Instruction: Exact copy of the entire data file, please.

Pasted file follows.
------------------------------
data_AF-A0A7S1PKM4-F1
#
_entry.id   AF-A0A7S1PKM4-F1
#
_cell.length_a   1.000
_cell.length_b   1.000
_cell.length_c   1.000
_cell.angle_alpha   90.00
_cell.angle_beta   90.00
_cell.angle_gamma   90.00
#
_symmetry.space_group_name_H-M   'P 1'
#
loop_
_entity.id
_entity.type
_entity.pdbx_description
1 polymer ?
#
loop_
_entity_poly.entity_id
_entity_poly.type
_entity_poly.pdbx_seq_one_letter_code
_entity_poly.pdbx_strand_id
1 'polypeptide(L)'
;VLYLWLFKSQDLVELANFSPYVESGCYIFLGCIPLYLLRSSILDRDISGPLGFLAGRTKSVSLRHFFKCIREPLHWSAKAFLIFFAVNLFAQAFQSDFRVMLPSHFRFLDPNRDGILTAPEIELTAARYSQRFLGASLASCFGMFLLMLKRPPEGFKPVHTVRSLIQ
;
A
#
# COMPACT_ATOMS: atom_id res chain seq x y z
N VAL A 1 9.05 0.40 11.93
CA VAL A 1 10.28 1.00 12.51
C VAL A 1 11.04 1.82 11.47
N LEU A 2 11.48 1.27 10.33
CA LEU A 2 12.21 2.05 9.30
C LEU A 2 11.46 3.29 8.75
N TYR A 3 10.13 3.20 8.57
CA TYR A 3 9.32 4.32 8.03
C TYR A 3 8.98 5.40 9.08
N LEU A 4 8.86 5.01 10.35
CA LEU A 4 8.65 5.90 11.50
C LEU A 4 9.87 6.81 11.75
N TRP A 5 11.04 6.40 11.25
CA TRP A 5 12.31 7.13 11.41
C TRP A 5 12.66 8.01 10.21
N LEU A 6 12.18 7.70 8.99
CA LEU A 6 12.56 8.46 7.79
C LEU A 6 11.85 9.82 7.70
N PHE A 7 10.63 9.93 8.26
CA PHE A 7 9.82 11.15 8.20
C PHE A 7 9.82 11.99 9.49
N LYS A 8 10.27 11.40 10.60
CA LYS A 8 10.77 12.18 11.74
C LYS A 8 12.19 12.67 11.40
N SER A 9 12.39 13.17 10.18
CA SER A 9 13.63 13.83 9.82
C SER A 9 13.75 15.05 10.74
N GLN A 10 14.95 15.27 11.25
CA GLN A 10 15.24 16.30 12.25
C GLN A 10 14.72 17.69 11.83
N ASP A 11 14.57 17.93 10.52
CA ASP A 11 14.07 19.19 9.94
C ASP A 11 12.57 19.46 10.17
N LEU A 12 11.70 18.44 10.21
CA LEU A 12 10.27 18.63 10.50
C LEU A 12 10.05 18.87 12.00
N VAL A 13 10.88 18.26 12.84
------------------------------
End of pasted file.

data_AF-A0A7S1PKM4-F1
#
_entry.id   AF-A0A7S1PKM4-F1
#
_cell.length_a   1.000
_cell.length_b   1.000
_cell.length_c   1.000
_cell.angle_alpha   90.00
_cell.angle_beta   90.00
_cell.angle_gamma   90.00
#
_symmetry.space_group_name_H-M   'P 1'
#
loop_
_entity.id
_entity.type
_entity.pdbx_description
1 polymer ?
#
loop_
_entity_poly.entity_id
_entity_poly.type
_entity_poly.pdbx_seq_one_letter_code
_entity_poly.pdbx_strand_id
1 'polypeptide(L)'
;VLYLWLFKSQDLVELANFSPYVESGCYIFLGCIPLYLLRSSILDRDISGPLGFLAGRTKSVSLRHFFKCIREPLHWSAKAFLIFFAVNLFAQAFQSDFRVMLPSHFRFLDPNRDGILTAPEIELTAARYSQRFLGASLASCFGMFLLMLKRPPEGFKPVHTVRSLIQ
;
A
#
# COMPACT_ATOMS: atom_id res chain seq x y z
N VAL A 1 9.05 0.40 11.93
CA VAL A 1 10.28 1.00 12.51
C VAL A 1 11.04 1.82 11.47
N LEU A 2 11.48 1.27 10.33
CA LEU A 2 12.21 2.05 9.30
C LEU A 2 11.46 3.29 8.75
N TYR A 3 10.13 3.20 8.57
CA TYR A 3 9.32 4.32 8.03
C TYR A 3 8.98 5.40 9.08
N LEU A 4 8.86 5.01 10.35
CA LEU A 4 8.65 5.90 11.50
C LEU A 4 9.87 6.81 11.75
N TRP A 5 11.04 6.40 11.25
CA TRP A 5 12.31 7.13 11.41
C TRP A 5 12.66 8.01 10.21
N LEU A 6 12.18 7.70 8.99
CA LEU A 6 12.56 8.46 7.79
C LEU A 6 11.85 9.82 7.70
N PHE A 7 10.63 9.93 8.26
CA PHE A 7 9.82 11.15 8.20
C PHE A 7 9.82 11.99 9.49
N LYS A 8 10.27 11.40 10.60
CA LYS A 8 10.77 12.18 11.74
C LYS A 8 12.19 12.67 11.40
N SER A 9 12.39 13.17 10.18
CA SER A 9 13.63 13.83 9.82
C SER A 9 13.75 15.05 10.74
N GLN A 10 14.95 15.27 11.25
CA GLN A 10 15.24 16.30 12.25
C GLN A 10 14.72 17.69 11.83
N ASP A 11 14.57 17.93 10.52
CA ASP A 11 14.07 19.19 9.94
C ASP A 11 12.57 19.46 10.17
N LEU A 12 11.70 18.44 10.21
CA LEU A 12 10.27 18.63 10.50
C LEU A 12 10.05 18.87 12.00
N VAL A 13 10.88 18.26 12.84